Lucban Church

Lucban Church
Church of San Luis Obispo de Tolosa in Lucban, Quezon, 2013 (Mariano Sayno)

Roman Catholic Parish of San Luis, Obispo de Tolosa Church Complex / Location: Lucban, Quezon / Core of the church perhaps from ca 1640; convento renovated 1743, after the earthquake of that year; new facade 1748-68; third level of bell tower concluded after 1813 / Allied bombing in 1945 reduced the church complex to a shell

Located on the lower slopes of Mt Banahaw, Lucban is best known for its Pahiyas fiesta, held annually on 15 May to honor San Isidro Labrador. Franciscans began their evangelization of the area in 1578, although a permanent minister was not assigned until 1595. The first wooden church built at that time had deteriorated by 1629, when the town moved to another site. Foundations were laid for a church, tower, and convento in stone; the church was built 1630-40, while the convento was completed in 1650. The nipa roofs were replaced with tiles in 1683. A fire ravaged the complex in 1733, where only a ciborium and image of the Inmaculada Concepcion were saved. Within five years after that, the old walls were raised by about a meter. In the earthquake of 12 January 1743, the church facade, half of the tower, and the second floor of the convento collapsed, but the retablos were saved. A Royal Accord of 17 September 1743 allocated the tribute for three years toward the rebuilding of the churches of Majayjay, Liliw, Nagcarlan, Santa Cruz, Tayabas, Sariaya, and Lucban, and exempted the townspeople of these towns from cutting timber for the galleons for the same period.

The convento was finished in 1743. In 1748 a new church facade was begun and completed 20 years later in 1768. A transept was added to the church under the direction of Capitan Santiago, a native of Atimonan. Work on the transept, its dome, and ceiling was completed in 1806. In 1812, Fr Ramon Sanchez lightened the color of the reliefs in the church to reduce their intensity. He also had the dome and other arches of the nave painted. An octagonal bell tower was built using material gathered since 1813. Fr Victorino del Moral repaired the church and added a stone staircase to the convento in 1855. On 9 September 1859, fire swept the town and burned the church’s dome and the vault over the main altar. On the night of 20 November 1879, a typhoon destroyed part of the town. Five years later, in a letter of 8 July 1884, Fr Victor Lopez reported that he found both church and town in the most deplorable state. In 1893, Fr Garcia Clemente roofed the convento with galvanized iron. In 1945, American planes bombarded the church complex on the supposition that Japanese troops had taken position in it. The Lucban Church is a mere shell of its former self.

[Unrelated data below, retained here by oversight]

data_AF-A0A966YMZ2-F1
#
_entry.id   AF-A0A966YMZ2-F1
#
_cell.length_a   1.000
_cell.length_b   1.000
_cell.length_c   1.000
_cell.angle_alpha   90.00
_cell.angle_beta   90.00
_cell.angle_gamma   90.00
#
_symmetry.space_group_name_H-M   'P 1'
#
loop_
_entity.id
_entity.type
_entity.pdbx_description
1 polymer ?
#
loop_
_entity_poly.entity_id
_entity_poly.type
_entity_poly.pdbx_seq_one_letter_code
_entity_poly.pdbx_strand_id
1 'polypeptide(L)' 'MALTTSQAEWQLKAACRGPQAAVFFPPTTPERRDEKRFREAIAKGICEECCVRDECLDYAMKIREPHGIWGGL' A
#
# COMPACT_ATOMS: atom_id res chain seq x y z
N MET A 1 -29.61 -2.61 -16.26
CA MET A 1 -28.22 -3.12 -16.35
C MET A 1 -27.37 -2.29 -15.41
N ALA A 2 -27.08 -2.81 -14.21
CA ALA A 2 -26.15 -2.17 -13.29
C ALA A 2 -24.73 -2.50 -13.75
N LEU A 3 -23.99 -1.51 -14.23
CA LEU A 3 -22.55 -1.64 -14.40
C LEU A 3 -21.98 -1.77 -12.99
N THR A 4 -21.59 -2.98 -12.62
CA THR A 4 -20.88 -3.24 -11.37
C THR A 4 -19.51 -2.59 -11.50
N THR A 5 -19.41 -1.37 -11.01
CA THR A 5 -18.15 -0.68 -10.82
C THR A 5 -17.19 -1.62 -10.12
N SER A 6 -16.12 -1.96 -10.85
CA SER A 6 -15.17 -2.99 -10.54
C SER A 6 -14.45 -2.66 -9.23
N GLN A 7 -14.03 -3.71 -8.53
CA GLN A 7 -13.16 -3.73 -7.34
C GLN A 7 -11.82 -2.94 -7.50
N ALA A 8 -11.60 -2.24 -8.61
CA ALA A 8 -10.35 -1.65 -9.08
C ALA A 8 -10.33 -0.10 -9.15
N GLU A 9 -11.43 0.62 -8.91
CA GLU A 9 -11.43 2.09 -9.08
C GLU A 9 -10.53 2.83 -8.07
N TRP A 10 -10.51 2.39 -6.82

The facade is distinctive because of its repetitive use of arches for ornament. Even the pediment is not the customary triangle but a series of five arches. The pinnacle is an arch and a pair of arches descend from either side of the pinnacle. The lowest arches curve into volutes. Columns decorated with flowers and foliage divide the facade into three bays while twin decorative bands separate the stories. The main entrance and windows employ Roman arches decorated at the capstone with cartouches. Niches housing saints flank the central window of the upper story, thus making the facade resemble a retablo.

Lucban Church was marked by the Philippines Historical Committee (now National Historical Commission of the Philippines) in 1939.

SOURCE: Manila News-Intellegencer

Originally posted 2008-11-22 04:12:03.